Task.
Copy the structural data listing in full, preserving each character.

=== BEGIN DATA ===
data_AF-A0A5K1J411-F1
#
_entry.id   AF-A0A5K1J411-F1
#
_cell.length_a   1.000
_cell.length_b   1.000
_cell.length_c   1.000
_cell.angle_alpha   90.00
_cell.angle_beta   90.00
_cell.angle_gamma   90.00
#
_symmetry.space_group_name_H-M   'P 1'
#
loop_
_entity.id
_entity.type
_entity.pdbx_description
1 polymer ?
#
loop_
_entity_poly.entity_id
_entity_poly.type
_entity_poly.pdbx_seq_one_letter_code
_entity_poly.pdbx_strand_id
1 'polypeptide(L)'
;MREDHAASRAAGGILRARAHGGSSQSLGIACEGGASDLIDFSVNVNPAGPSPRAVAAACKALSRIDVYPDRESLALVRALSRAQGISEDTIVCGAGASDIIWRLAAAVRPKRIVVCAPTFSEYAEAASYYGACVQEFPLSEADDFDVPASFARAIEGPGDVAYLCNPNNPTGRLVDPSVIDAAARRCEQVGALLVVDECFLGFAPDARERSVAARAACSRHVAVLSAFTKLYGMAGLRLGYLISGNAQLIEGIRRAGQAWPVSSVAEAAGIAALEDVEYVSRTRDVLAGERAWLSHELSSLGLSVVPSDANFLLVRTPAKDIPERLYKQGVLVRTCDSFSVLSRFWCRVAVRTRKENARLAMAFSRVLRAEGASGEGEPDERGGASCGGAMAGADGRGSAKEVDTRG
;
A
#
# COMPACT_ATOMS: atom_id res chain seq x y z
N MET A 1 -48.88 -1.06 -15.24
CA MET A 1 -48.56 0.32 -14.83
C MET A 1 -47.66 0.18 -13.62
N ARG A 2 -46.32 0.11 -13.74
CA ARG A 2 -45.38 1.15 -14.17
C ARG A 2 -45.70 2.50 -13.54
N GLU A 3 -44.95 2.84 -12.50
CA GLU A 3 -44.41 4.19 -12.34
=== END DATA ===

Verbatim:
data_AF-A0A5K1J411-F1
#
_entry.id   AF-A0A5K1J411-F1
#
_cell.length_a   1.000
_cell.length_b   1.000
_cell.length_c   1.000
_cell.angle_alpha   90.00
_cell.angle_beta   90.00
_cell.angle_gamma   90.00
#
_symmetry.space_group_name_H-M   'P 1'
#
loop_
_entity.id
_entity.type
_entity.pdbx_description
1 polymer ?
#
loop_
_entity_poly.entity_id
_entity_poly.type
_entity_poly.pdbx_seq_one_letter_code
_entity_poly.pdbx_strand_id
1 'polypeptide(L)'
;MREDHAASRAAGGILRARAHGGSSQSLGIACEGGASDLIDFSVNVNPAGPSPRAVAAACKALSRIDVYPDRESLALVRALSRAQGISEDTIVCGAGASDIIWRLAAAVRPKRIVVCAPTFSEYAEAASYYGACVQEFPLSEADDFDVPASFARAIEGPGDVAYLCNPNNPTGRLVDPSVIDAAARRCEQVGALLVVDECFLGFAPDARERSVAARAACSRHVAVLSAFTKLYGMAGLRLGYLISGNAQLIEGIRRAGQAWPVSSVAEAAGIAALEDVEYVSRTRDVLAGERAWLSHELSSLGLSVVPSDANFLLVRTPAKDIPERLYKQGVLVRTCDSFSVLSRFWCRVAVRTRKENARLAMAFSRVLRAEGASGEGEPDERGGASCGGAMAGADGRGSAKEVDTRG
;
A
#
# COMPACT_ATOMS: atom_id res chain seq x y z
N MET A 1 -48.88 -1.06 -15.24
CA MET A 1 -48.56 0.32 -14.83
C MET A 1 -47.66 0.18 -13.62
N ARG A 2 -46.32 0.11 -13.74
CA ARG A 2 -45.38 1.15 -14.17
C ARG A 2 -45.70 2.50 -13.54
N GLU A 3 -44.95 2.84 -12.50
CA GLU A 3 -44.41 4.19 -12.34